Naval is most famous as the co-founder of AngelList, but he also co-founded Epinions, The Hit Forge, Genoa Corp, Vast.com, and MetaStable. He is popular for his blogging and podcasting activities at Venture Hacks.
He is an active angel investor, and has invested in some of the most prolific startups. There is also a book written by Eric Jorgenson which is a compilation of Naval’s tweets and essays on life and business philosophies - "The Almanack of Naval Ravikant: A Guide to Wealth and Happiness."
Naval’s philosophy on life, business, and personal development has gained him a large following on social media and in the tech industry. He often shares his insights on these topics through podcasts, interviews, and his personal blog. You can listen to one of the most downloaded Tim Ferris podcast episodes featuring Naval over here.
The driving force behind co-founding AngelList was his passion for supporting entrepreneurs, mostly because he hated saying “no” to promising startups from around the world and wanted to have a way of helping them out.
What he saw was that typically the first companies to get funded were also the ones that least needed it, partially because these are less risky to invest in since they have strong operating histories, auditable financials, predictable cash flows, etc..
He has invested in the early venture rounds of Uber, Twitter, Wish and Thumbtack, Yammer, Clearview AI, Wanelo, Flipagram, and is a general partner in a cryptocurrency fund called MetaStable investing in blockchain technologies such as Bitcoin, Ethereum, and Zcash.
- Over 240 angel investments
- Over 60 exits
Other investments include: Blowfish, Pylon, Stonks, Magic, Eight Sleep, OpenSea, Hebbia, NexHeatlh, Primer, Alchemy, Anchorage Digital, and more.
His latest investment was in Shef on March 1st, 2023.
Exits include: Twitter, Opendoor, Teachable, Postmates, Udemy, Streamlabs, Trusted, Fieldbook, and more.
Angel investing is one of the few professions where you can objectively improve every day until the day that you die. And success isn’t only because of a lot of diligence, but also a lot of luck, especially when it comes to tech startups. It’s all about the right place, right time, market forces, timing, and regulatory action against or pro.
The fund Naval ran is on track to return 10-20x the capital it raised and his individual portfolio is up by dozens of times. His thesis is that angel bets and venture bets are great because on the downside you can only lose 1x (where x is your investment) and on the upside, you can make 10,000x.
- To start a company first and experience first-hand what it takes to succeed.
- Know the pyramid well. It’s very risky to invest in companies that don’t have access to venture, and investing at venture valuations in angel-stage companies means that your portfolio will likely generate negative returns.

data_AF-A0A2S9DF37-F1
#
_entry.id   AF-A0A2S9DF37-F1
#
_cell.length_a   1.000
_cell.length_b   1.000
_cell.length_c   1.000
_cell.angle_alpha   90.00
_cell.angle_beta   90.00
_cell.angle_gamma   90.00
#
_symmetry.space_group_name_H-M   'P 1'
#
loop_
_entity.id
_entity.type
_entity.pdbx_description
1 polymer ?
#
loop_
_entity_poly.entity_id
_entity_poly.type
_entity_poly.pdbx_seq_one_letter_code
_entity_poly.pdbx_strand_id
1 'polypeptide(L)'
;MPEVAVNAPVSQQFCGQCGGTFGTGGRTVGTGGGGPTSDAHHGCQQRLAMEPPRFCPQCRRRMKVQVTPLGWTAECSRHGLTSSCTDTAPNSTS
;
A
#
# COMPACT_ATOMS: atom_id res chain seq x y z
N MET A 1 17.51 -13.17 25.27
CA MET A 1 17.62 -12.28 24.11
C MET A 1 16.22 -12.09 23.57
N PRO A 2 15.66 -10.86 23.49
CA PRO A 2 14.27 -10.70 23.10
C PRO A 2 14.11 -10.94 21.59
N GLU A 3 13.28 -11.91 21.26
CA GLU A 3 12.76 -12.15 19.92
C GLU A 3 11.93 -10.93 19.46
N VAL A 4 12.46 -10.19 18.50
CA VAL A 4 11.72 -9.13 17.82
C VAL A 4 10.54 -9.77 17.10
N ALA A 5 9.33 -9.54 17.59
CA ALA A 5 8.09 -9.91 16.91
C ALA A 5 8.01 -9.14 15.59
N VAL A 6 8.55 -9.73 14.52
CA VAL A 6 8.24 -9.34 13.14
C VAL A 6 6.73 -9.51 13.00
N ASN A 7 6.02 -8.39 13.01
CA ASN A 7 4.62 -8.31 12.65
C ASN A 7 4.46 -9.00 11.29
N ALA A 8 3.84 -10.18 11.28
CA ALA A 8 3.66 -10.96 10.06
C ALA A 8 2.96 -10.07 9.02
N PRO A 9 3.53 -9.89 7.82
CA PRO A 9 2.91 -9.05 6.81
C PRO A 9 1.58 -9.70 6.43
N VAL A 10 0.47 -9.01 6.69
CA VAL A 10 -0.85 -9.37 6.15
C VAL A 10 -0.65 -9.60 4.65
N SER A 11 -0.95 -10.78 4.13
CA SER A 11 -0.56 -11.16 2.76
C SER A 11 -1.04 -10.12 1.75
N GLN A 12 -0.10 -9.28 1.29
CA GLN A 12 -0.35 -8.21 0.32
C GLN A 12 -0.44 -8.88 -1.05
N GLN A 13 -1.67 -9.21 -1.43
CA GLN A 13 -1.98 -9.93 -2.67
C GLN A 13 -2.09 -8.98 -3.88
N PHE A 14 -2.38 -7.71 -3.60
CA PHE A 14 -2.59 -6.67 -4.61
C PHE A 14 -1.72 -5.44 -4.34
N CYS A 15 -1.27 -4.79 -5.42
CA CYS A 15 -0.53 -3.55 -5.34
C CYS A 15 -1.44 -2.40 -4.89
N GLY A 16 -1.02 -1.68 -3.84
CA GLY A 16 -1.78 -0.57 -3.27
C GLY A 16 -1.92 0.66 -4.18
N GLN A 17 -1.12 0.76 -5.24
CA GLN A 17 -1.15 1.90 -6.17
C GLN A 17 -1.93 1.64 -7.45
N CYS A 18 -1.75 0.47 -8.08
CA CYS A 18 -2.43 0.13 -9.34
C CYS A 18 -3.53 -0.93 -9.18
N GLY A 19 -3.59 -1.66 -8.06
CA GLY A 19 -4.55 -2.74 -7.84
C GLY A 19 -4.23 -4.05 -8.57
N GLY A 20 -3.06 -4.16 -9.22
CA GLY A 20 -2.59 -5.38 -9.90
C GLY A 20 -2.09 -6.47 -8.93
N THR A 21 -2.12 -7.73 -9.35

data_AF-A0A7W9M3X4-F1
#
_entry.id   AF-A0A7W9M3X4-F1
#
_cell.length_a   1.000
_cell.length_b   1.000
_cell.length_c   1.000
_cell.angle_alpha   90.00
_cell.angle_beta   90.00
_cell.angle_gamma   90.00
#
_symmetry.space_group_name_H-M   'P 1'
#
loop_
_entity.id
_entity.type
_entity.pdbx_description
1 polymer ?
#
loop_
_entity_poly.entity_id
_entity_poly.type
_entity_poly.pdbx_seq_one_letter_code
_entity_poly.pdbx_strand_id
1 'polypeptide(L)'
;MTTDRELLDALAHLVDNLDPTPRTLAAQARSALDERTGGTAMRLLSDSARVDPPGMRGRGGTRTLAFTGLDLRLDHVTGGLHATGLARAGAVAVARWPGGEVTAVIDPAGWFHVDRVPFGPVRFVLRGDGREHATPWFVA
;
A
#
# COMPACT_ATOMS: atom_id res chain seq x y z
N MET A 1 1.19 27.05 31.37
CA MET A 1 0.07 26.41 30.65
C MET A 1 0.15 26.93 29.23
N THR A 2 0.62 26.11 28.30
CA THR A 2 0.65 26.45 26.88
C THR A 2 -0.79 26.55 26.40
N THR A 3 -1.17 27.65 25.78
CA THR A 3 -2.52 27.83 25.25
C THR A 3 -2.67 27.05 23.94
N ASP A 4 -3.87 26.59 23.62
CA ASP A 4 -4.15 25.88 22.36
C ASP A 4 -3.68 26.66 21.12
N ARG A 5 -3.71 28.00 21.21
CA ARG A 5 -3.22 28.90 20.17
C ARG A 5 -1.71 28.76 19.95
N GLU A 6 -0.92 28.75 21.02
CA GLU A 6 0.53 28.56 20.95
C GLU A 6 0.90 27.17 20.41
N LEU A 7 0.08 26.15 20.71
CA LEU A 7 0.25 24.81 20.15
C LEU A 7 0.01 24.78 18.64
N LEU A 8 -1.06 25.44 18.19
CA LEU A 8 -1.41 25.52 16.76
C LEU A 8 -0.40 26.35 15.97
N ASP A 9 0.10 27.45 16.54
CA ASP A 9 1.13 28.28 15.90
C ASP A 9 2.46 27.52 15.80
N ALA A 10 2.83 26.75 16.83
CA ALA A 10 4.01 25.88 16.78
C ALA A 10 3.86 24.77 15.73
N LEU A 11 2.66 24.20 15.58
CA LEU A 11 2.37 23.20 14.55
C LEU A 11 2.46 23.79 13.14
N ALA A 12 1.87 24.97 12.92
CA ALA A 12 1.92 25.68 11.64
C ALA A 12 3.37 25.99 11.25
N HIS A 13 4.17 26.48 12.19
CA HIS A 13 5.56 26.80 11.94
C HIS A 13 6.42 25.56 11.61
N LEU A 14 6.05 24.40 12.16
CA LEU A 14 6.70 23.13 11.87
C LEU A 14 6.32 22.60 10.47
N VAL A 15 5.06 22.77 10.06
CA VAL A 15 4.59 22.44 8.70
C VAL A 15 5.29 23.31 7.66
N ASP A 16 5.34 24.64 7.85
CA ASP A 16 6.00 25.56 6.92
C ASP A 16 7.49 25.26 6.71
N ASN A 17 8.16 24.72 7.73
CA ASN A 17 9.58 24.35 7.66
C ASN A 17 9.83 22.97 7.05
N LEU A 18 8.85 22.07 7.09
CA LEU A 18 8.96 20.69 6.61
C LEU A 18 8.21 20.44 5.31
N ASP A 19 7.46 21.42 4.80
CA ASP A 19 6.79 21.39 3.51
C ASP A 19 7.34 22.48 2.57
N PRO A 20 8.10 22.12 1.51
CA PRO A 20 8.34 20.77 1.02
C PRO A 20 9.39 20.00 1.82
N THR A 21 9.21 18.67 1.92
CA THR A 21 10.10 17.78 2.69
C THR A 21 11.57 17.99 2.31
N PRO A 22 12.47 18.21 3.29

- Sometimes, you may have to back an entrepreneur a few times until they succeed, but entrepreneurs don’t fail over a long period of time.
For Naval the most important thing is that he genuinely likes the founders, and goes into every deal with the assumption that the founders will be part of his life for the next ten years.
Intelligence - they have to be smart and know what they’re doing and have specific insights and knowledge.
Energy - Founders need to be able to persevere in the competitive world of startups, even when they’re not doing well or it looks like things are not working out.
Integrity - Without integrity, the other two factors means the person is just an intelligent crook.
- The best investing attitude is contrarian, patient, informed optimism.
- The biggest gains in investing come when you bet against a gloomy crowd, on the upside. The low price already bakes their opinion in. Your losses are limited to 1x, and your gains are uncapped.
- Venture and value investors outperform via patience. Active trading is just another get-rich-quick scheme, with the same results.
Passing on Twilio, Square, and Pinterest even though he had a chance to invest early in both of them. Even with Twitter, he wishes he had gotten a bigger piece!
Not becoming an Advisor and taking stock at YouTube when he was helping them out in their early days.
Naval graduated from Dartmouth College in 1995, with a bachelor's degree in economics and computer science. After that, he moved to Silicon Valley to work for an internet service provider called @Home in 1996.
In 2018, Naval was ranked 6th out of top angel investors, with the most exits. He was named Angel Investor of the Year by TechCrunch and received a Crunchie award during the 10th Annual Crunchies Awards. Naval is also recognized as one of the leaders in the cryptocurrency world, and in 2017 CoinDesk ranked him as the fourth most influential person in the world in the blockchain industry.